Peter M Howard ::

Some observations on ‘Spam 2.0’

17Oct2005 [myth]

As much as I dislike the term Web2.0 (but can't be bothered pulling it apart as plenty of people have already done so), it has a use:

Introducing Spam 2.0

S20 is another of those phenomena I predicted years before it happened -- the main thing for the moment is spammers setting up fake blogs and hitting the ping servers, overwhelming aggregation and search services with spam. All the geeks in the blog world (I refuse to use that ridiculous term with a -sphere on the end; 'blog' is bad enough!) are abuzz about spam blogs on, Google's blogging service, which is apparently too easy to sign up for -- meaning spammers can write scripts that automatically sign up and create hundreds of useless posts, overwhelming the pinging servers.

What does that all mean? That, as I always suspected, the sites dedicated to tracking blog conversations (, technorati, &c) are easily overwhelmed once spammers figure them out. Some of those sites are _much_ better at filtering than others (I'm only naming those two 'cause they're the big names) but the problem's getting rapidly worse and no-one knows how to fix it (nor am I offering any solutions).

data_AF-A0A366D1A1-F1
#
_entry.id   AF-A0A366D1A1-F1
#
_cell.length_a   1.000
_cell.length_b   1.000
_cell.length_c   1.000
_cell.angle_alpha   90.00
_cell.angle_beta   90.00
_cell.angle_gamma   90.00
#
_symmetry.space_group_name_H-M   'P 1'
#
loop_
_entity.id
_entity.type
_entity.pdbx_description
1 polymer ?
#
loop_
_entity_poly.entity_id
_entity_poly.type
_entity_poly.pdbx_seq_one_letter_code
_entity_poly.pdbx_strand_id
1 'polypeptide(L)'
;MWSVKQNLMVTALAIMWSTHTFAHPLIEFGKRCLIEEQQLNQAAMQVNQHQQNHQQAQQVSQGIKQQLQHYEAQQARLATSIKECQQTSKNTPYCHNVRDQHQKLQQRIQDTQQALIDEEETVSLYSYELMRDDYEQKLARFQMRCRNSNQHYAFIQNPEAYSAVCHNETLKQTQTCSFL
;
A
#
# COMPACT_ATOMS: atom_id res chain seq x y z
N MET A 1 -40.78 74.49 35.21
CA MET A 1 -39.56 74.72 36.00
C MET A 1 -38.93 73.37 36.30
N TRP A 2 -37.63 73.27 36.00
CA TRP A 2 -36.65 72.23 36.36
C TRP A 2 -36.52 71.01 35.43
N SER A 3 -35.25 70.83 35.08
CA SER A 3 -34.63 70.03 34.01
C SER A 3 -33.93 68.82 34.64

So, clock this one up as another easy prediction from the MuteProphet (my as yet unborn but germinating website). Some geeks seem to look at the relative success of Open Source software and Open Knowledge systems like Wikipedia and assume the same practices will work _everywhere_ (hence 'open' as the primary web2.0 buzzword!), but implement the practices too simply. The working Open systems are padded by Peer systems (Open Source is effectively 'peer-review' development), but blogs and their kindred technologies have no such padding (yet), so are wide open to abuse.

And finally: blogs are hardly even mainstream and we're _already_ having these problems! There is no way they'll go mainstream until the basic spam problems are solved -- email is a whole different world: there the spam didn't come until _after_ it hit mainstream (and was thus too late to change). This time round (ugh, that's why the version2.0 is appropriate) we have to block spam _before_ it reaches the masses.

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